Mamma Mia is all about the music of ABBA, the beloved Swedish band that had hit after danceable hit, and it's still a favorite with many who long for the days before grunge, complaint rock, and over-produced music that feels gimmicky, and, well, not so fun. The music and lyrics are by Benny Andersson and Björn Ulvaeus, but we know the music from the voices of Agnetha and Anni-Frid—the Swedish songbirds who made their hits so memorable.
With layered music coming from backstage to bring these songs into full throttle, and a nine-piece band right under the floorboards of the stage, it was fun trying to predict (or remember, if you have seen this show before) what song was up next. Some of the audience members knew every word to every song, so I could appreciate the brilliance of building a plot (no matter how far-fetched, or even “stupid,” as a patron near me put it) around catchy tunes that can be choreographed for maximum entertainment. Many of us have been a Dancing Queen in front of a mirror or sung about some “Waterloo” with enthusiasm. You would have to be one cold customer not to smile when you hear these pop hits translated into a quasi-pop-opera. In fact, if there were less speaking and more singing, I would be fine with that.
For the uninitiated, Donna Sheridan (an engaging Sally Wilfert, who is not Meryl Streep, but I liked her and her voice, which really shined in parts) was a flower child of the '70s, when things were looser. One year, she had one heck of a summer, having relationships (or flings, depending on your point of view) with three men—one of whom is father to her only child, Sophie Sheridan. Now her daughter is getting married, and after reading her mother’s diary from the summer before she was born, decides (and somehow knows how) to get in touch with these three men and invite all of them to her impending nuptials. She has a dream of finding her father, and that is the catalyst for the whole story.
The opening set is a wall of multicolored shutters, which look like they are from a Greek Island, say Santorini? And why? Because this musical is set on a beautiful Greek island where Donna has run a taverna and raised Sophie sans father. I loved the set, which easily switched from the dining area to a bedroom, and I also loved the blue and white carefree costumes worn by Sophie and Donna. (I also loved the outlandish get-ups of Donna’s gal pals, but more on them in a sec.) The other costumes? Not so much. There were weird rompers worn by the girls, and it seems as in every scene someone was wearing something that didn’t quite fit. But really, who cares? You are here for the music and the dancing, and you just don’t have time to call an SOS on the wardrobe, right?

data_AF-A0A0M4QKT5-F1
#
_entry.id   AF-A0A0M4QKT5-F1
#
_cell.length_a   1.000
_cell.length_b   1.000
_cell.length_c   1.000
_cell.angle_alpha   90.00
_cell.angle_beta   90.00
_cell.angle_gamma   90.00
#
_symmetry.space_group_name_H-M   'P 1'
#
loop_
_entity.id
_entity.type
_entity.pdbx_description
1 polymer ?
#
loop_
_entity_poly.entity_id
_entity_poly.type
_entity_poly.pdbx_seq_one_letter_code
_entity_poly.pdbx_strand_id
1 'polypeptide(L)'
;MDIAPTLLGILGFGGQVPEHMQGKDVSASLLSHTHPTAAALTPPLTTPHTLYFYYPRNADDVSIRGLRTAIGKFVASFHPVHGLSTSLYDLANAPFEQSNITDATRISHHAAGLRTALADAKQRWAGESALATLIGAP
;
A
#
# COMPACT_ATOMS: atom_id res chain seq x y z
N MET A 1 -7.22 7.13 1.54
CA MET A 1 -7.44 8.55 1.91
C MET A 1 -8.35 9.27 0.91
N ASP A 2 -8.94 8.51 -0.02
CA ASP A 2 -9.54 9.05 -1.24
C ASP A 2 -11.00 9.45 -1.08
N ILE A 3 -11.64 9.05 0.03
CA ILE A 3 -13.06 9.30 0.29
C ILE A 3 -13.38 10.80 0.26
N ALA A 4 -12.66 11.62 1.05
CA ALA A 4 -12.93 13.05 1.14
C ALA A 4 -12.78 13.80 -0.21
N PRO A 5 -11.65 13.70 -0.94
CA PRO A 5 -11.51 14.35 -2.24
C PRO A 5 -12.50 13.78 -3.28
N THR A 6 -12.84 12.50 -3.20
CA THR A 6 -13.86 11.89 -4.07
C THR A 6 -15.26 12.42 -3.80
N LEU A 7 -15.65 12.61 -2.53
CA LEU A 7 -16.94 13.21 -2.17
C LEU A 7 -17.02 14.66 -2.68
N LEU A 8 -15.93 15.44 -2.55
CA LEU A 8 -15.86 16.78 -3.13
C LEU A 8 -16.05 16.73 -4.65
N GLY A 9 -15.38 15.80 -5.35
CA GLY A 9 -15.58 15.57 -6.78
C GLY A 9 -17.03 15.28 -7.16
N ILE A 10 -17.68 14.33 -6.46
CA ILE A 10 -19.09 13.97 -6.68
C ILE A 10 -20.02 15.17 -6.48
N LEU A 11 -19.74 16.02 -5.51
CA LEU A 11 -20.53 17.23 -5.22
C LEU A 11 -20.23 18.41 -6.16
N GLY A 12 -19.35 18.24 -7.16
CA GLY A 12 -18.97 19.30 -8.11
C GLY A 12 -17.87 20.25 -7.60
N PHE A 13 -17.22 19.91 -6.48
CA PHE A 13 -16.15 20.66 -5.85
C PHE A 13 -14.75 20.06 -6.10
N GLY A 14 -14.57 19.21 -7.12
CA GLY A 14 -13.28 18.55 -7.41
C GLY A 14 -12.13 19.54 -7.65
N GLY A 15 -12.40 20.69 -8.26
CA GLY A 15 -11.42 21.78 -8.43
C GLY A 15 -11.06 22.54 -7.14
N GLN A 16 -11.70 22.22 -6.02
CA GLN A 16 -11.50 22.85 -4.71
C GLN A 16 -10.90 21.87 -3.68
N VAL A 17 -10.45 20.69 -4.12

There is a large ensemble and some memorable dance numbers, but it is uneven with stars alongside those who aren’t nearly as confident. But that’s okay—the overall effect is fun and entertaining, which is the whole raison d’etre of this show. But the dancing of Donna’s friend of her youth, Tanya (with a knock-out performance by Felicia Finley) is amazing, and she was one of my favorite and most memorable performers in the whole show. With her pink catsuits, crazy printed skin-tight dresses, and her deadpan humor about having been married three times, her voice and movements were spot-on every time.
For that matter, Donna, Tanya, and Rosie—all past members of the girl band Donna and The Dynamos—really are fabulous dynamos in this show, outshining the younger performers. Berklea Going as the adorable Sophie does a wonderful job, but Donna and her sidekicks really command attention. With their boas and history and dancing and singing, they remind us what fun really looks like. Rosie (Carla Woods) is a terrific comedienne, whether chasing after Bill Austin (Stephen Bogard) with suggestive singing and dance moves, she is the one that is laugh-out loud funny, and really stands out in this talented cast.
Skye (Karl Joseph Ko) is Sophie’s fiancé—a tough gig in a show that seems to reject marriage as something that is represented as super-stupid. Anyway, girls just want to have fun in this show, so don’t expect anything too deep or too woke. For example, when Donna and crew sing “Money, Money, Money,” it is A-Okay to sing a gold digger song, because money.
Of the triumvirate of fathers, Matthew Scott stood out as Sam Carmichael, who really does still have feelings for Donna, really can sing, and has better lines and songs and more scenes. So that worked out. Although, Mark Price as Harry Bright has great comedic timing and is likeable for sure.
I think you can imagine that this show has a happy ending, and it does. The main thing is that this new production really sexes things up, has more physical comedy and coarse humor, and so it does seem fresh and not just a microwaved version of the film, or the version I saw years ago at the Hobby Center. A good time was had by all around me, so “Thank You for The Music," go ahead and say, “I Do, I Do, I Do, I Do, I Do,” and Take A Chance on Mamma Mia! Knowing me, knowing you, you’ll love singing along. And when you think the show is over—stick around. There is a glittery surprise you don’t want to miss.
Thru March 3. Tickets from $30. Hobby Center for the Performing Arts, 800 Bagby St. 713-558-2600. More info and tickets at tuts.com.